ROCKVILLE – On the last day of school, about 50 politically progressive high school students gathered to elect officers and watch a documentary about themselves that is making the rounds on social media. They also listened as U.S. Rep. Jamie Raskin (D-Md.) urged them to work toward a better future.
While eating pizza at their June 14 meeting at Carver Education Center in Rockville, the students chose three females to lead their organization, MoCo Students for Change.
Claire Gelillo, who attends Richard Montgomery High School, and Aishlinn Kivlighn, of Wootton High School, are the newly elected co-presidents for the 2019-2020 school year. May Soemin, from Richard Montgomery, was chosen as vice president.
The women leaders urged those present to stay involved this summer.
They listed the Upcounty High School Boundary study and discussions they expect will arise concerning the future of Superintendent Jack Smith – whose four-year contract ends in 2020 as the most-pressing issues they plan to tackle.
The group is also highly involved in stopping gun violence.
It did not seem like the students needed much prompting to stay involved as they peppered Raskin with questions on climate change, health care for all, the problems in Yemen, incarceration rates, voter suppression and education.
“The most radical thing you can do is educate yourself on everything,” Raskin told the students.
“We are counting on your generation. We need you guys. This is a generation that is beyond racism, anti-Semitism, homosexuality,” he said.
Throughout his talk, Raskin took several jabs at United States of America President Donald Trump.
“Don’t be like Donald Trump. Be somebody who reads. Be somebody who studies history,” he said.
School Board Member Jill Ortman-Fouse also addressed the students, reminding them of how important their voices are. She encouraged them to contact their political representatives on issues important to them and speak up at council meetings in Rockville and state meetings in Annapolis.
Adults can be judgmental and not aware of what truly is going on in the schools, she said. Students, on the other hand, “speak with such clarity and authenticity.”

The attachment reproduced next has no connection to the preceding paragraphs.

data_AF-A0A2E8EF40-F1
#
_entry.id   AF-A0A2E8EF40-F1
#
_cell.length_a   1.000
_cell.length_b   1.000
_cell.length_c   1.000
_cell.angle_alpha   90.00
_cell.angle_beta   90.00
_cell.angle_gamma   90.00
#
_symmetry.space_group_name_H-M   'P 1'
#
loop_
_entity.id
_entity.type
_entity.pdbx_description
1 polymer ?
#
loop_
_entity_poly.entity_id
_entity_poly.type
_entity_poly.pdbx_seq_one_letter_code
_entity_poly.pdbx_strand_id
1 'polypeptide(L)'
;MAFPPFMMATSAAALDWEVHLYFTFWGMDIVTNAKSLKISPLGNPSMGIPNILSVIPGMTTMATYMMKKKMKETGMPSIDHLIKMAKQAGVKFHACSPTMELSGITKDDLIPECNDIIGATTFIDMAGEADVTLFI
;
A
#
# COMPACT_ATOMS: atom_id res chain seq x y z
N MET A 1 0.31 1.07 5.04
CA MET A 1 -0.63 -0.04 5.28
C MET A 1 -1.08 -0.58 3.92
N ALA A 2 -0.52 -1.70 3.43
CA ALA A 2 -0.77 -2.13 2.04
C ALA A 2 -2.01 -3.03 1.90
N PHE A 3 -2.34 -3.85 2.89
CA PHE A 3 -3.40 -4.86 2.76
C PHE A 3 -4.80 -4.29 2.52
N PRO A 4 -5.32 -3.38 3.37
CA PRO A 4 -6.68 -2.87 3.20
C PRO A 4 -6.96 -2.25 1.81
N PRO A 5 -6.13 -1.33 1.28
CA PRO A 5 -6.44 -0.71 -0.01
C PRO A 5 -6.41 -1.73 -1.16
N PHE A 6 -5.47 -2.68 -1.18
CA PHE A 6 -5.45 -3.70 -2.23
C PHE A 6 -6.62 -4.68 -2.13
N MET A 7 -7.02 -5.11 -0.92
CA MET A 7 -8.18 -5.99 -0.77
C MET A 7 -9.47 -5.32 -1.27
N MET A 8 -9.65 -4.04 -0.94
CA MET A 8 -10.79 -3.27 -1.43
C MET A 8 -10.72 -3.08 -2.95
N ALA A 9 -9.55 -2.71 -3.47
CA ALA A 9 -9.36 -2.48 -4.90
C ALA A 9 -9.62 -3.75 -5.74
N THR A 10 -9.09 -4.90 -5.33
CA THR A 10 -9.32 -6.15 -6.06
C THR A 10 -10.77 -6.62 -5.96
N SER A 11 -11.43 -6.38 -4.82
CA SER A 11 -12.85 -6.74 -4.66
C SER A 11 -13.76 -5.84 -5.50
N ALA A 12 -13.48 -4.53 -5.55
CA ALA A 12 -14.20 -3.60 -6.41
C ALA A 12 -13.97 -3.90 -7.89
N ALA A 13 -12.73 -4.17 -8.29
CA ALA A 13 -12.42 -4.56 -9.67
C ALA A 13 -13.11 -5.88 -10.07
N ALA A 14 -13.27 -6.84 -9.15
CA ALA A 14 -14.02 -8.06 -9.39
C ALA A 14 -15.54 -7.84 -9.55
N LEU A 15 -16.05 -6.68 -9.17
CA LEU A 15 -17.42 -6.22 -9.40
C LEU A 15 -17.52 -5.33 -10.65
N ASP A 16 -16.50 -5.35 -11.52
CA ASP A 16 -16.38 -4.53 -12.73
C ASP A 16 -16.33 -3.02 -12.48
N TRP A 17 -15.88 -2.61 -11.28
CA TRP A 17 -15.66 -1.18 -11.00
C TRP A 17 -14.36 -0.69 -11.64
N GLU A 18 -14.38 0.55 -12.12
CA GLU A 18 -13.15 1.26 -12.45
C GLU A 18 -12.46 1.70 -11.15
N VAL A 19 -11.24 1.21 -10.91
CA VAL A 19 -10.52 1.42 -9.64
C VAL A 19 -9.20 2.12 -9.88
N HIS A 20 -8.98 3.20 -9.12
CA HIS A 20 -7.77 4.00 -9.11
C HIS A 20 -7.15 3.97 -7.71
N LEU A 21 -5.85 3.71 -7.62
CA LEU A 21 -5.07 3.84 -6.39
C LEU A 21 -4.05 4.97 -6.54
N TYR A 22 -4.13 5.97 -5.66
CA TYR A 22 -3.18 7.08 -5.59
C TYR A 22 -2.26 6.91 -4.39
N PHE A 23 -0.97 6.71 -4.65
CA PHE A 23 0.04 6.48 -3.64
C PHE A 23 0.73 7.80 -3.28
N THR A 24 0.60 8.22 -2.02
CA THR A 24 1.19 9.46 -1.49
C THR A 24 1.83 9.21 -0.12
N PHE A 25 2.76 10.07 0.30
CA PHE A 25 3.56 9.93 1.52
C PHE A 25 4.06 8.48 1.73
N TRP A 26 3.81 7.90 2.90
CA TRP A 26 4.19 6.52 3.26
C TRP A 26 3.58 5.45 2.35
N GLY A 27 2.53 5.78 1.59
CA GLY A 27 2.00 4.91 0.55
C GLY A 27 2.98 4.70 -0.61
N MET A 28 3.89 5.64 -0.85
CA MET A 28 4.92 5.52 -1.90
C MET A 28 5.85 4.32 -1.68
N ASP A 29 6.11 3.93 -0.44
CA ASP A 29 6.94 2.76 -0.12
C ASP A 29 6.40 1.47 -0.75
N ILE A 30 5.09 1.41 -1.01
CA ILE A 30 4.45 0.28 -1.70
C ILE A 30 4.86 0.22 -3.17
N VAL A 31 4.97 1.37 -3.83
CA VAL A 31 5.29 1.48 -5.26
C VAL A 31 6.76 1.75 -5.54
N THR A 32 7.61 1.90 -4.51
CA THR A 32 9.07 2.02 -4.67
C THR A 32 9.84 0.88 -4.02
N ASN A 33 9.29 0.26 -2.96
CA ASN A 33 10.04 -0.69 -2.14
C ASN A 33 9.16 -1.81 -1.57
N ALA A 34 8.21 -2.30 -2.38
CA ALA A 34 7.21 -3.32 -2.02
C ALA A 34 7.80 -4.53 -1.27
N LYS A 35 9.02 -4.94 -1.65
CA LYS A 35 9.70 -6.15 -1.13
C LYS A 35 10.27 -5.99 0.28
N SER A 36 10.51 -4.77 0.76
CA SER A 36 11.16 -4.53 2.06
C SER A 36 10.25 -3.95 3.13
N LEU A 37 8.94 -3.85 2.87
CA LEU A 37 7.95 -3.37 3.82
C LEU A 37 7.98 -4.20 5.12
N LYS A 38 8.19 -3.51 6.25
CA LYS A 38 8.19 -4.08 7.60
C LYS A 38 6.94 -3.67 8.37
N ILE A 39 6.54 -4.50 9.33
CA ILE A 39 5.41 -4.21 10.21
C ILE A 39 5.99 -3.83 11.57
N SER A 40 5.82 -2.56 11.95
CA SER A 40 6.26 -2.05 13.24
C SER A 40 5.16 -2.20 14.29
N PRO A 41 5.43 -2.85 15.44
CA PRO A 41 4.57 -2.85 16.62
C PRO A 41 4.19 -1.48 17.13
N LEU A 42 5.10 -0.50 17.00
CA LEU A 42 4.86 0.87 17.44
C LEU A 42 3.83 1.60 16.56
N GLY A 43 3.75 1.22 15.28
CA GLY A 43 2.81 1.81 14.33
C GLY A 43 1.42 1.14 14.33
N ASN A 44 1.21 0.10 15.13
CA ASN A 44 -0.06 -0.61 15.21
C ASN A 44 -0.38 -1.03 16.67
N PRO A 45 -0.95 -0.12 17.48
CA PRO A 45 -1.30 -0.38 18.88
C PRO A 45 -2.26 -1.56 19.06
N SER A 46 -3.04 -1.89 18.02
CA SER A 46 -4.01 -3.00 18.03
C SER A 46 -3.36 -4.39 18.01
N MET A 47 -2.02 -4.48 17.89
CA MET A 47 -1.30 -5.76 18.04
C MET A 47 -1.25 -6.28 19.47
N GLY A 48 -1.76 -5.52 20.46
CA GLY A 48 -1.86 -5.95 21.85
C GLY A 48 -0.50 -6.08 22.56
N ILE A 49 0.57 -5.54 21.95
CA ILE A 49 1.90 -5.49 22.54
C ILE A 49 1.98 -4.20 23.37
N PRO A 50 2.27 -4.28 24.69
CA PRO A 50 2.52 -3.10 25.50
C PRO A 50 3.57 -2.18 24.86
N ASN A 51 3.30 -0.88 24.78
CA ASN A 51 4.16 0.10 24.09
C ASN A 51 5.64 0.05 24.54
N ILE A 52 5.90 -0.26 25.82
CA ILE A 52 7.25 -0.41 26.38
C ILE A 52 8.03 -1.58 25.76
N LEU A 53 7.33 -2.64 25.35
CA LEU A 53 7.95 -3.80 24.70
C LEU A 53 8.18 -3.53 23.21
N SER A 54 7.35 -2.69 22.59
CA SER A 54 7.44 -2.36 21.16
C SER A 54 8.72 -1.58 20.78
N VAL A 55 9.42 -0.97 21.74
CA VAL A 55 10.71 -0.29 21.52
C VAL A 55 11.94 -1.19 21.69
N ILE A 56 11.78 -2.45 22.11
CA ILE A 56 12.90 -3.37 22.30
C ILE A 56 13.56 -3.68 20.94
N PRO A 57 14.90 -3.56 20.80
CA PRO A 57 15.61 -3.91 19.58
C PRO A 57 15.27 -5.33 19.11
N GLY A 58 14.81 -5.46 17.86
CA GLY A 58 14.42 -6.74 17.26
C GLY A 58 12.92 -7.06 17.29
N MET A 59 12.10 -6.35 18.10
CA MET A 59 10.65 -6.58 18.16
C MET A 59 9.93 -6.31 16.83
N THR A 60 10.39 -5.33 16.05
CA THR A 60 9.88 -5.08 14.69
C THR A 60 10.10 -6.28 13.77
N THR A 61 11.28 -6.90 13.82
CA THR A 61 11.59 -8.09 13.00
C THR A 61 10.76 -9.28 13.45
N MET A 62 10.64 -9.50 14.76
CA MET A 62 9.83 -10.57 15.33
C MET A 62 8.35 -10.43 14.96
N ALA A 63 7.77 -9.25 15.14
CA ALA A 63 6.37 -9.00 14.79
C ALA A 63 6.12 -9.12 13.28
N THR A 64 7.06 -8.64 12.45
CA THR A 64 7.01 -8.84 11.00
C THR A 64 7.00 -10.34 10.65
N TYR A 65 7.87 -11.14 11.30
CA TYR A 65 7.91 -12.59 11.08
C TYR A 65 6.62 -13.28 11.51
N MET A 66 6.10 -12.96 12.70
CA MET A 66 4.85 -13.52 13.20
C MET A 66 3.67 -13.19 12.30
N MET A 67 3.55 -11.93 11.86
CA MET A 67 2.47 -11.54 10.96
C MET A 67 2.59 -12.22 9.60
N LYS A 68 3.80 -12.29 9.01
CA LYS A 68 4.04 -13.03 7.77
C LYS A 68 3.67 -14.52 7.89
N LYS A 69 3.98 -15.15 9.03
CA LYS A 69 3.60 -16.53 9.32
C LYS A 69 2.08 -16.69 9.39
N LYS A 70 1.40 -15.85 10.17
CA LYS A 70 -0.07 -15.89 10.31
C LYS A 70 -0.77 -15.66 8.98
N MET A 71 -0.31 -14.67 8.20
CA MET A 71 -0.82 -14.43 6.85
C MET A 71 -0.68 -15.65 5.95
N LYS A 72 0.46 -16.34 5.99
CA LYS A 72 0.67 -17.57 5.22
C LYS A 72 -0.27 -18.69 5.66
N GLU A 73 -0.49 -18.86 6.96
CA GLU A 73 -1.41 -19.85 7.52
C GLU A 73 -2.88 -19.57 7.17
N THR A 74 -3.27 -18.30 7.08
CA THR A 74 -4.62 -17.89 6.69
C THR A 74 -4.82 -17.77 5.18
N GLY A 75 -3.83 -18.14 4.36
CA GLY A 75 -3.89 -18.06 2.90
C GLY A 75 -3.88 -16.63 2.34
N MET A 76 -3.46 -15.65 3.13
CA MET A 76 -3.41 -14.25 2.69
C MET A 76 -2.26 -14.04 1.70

She praised MoCo Students for Change for being very involved in the school boundaries study and gun control.
“You already have all the ingredients. You are fearless, and you don’t stop,” Ortman-Fouse said.
She also praised the students for their inclusivity and their ability to be kind and respectful.
Nate Tinbite, the student member of the county school board, told the members of MoCo Students for Change: “This is the time when we can’t stop. We have to organize until no more lives are taken through gun violence.”
Also during the meeting, a short video entitled “Youth in Action: Montgomery County Students for Change” premiered. The movie, by Brave New Films, showed actual video of the students as they marched out of class and onto the nation’s capital to protest gun violence and when they held a sit-in at former Speaker of the House Paul Ryan’s office.
Brave New Films Founder and President Robert Greenwald explained in a phone interview that the Ford Foundation funded the film and that similar videos of student groups throughout the country are being produced by his company.
The series “is focusing on the important role that youth is playing on the important issues of the day,” Greenwald said.
The staff at Brave New Films spent several months combing through newspapers and social media to locate the groups they wanted to feature, especially looking for organizations in which the students truly were the driving force, he said.
The film featuring MoCo Students for Change is the company’s eighth production in its series, Youth in Action. Brave New Films expects to produce 14 films altogether.
These films can be viewed on Facebook, Twitter and Instagram and are available for special screenings, Greenwald said.
MoCo Students for Change was created in March of 2018 following the fatal shootings at Marjory Stoneman Douglas High School in Parkland, Fla. At that time, the group was called MoCo Students for Gun Control.
Since then, the students have broadened their issues and joined rallies to speak out on other social justice issues.
MoCo Students for Change also expanded its membership from students in only Montgomery County public schools to all interested public and private schools in the greater Washington, D.C. area.